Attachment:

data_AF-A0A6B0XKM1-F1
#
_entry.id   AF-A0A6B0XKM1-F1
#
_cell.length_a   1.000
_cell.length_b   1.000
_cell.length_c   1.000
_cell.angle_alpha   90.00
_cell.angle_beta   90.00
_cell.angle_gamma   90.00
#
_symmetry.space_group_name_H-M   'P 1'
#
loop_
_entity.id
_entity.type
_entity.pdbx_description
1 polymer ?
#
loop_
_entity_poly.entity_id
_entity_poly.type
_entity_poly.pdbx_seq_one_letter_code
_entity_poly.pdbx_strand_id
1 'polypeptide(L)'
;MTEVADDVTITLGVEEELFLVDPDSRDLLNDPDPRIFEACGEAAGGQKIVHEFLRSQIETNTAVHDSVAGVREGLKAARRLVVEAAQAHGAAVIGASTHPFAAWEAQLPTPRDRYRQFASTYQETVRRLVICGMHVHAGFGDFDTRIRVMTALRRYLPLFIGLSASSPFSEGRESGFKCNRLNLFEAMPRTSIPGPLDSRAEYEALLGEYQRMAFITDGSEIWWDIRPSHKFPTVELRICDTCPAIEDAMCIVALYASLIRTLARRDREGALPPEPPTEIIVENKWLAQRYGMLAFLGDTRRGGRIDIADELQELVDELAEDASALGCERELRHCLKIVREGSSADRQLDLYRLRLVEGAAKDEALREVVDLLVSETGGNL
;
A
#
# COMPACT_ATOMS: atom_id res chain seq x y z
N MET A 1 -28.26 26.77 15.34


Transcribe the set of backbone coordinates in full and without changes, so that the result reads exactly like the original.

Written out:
data_AF-A0A6B0XKM1-F1
#
_entry.id   AF-A0A6B0XKM1-F1
#
_cell.length_a   1.000
_cell.length_b   1.000
_cell.length_c   1.000
_cell.angle_alpha   90.00
_cell.angle_beta   90.00
_cell.angle_gamma   90.00
#
_symmetry.space_group_name_H-M   'P 1'
#
loop_
_entity.id
_entity.type
_entity.pdbx_description
1 polymer ?
#
loop_
_entity_poly.entity_id
_entity_poly.type
_entity_poly.pdbx_seq_one_letter_code
_entity_poly.pdbx_strand_id
1 'polypeptide(L)'
;MTEVADDVTITLGVEEELFLVDPDSRDLLNDPDPRIFEACGEAAGGQKIVHEFLRSQIETNTAVHDSVAGVREGLKAARRLVVEAAQAHGAAVIGASTHPFAAWEAQLPTPRDRYRQFASTYQETVRRLVICGMHVHAGFGDFDTRIRVMTALRRYLPLFIGLSASSPFSEGRESGFKCNRLNLFEAMPRTSIPGPLDSRAEYEALLGEYQRMAFITDGSEIWWDIRPSHKFPTVELRICDTCPAIEDAMCIVALYASLIRTLARRDREGALPPEPPTEIIVENKWLAQRYGMLAFLGDTRRGGRIDIADELQELVDELAEDASALGCERELRHCLKIVREGSSADRQLDLYRLRLVEGAAKDEALREVVDLLVSETGGNL
;
A
#
# COMPACT_ATOMS: atom_id res chain seq x y z
N MET A 1 -28.26 26.77 15.34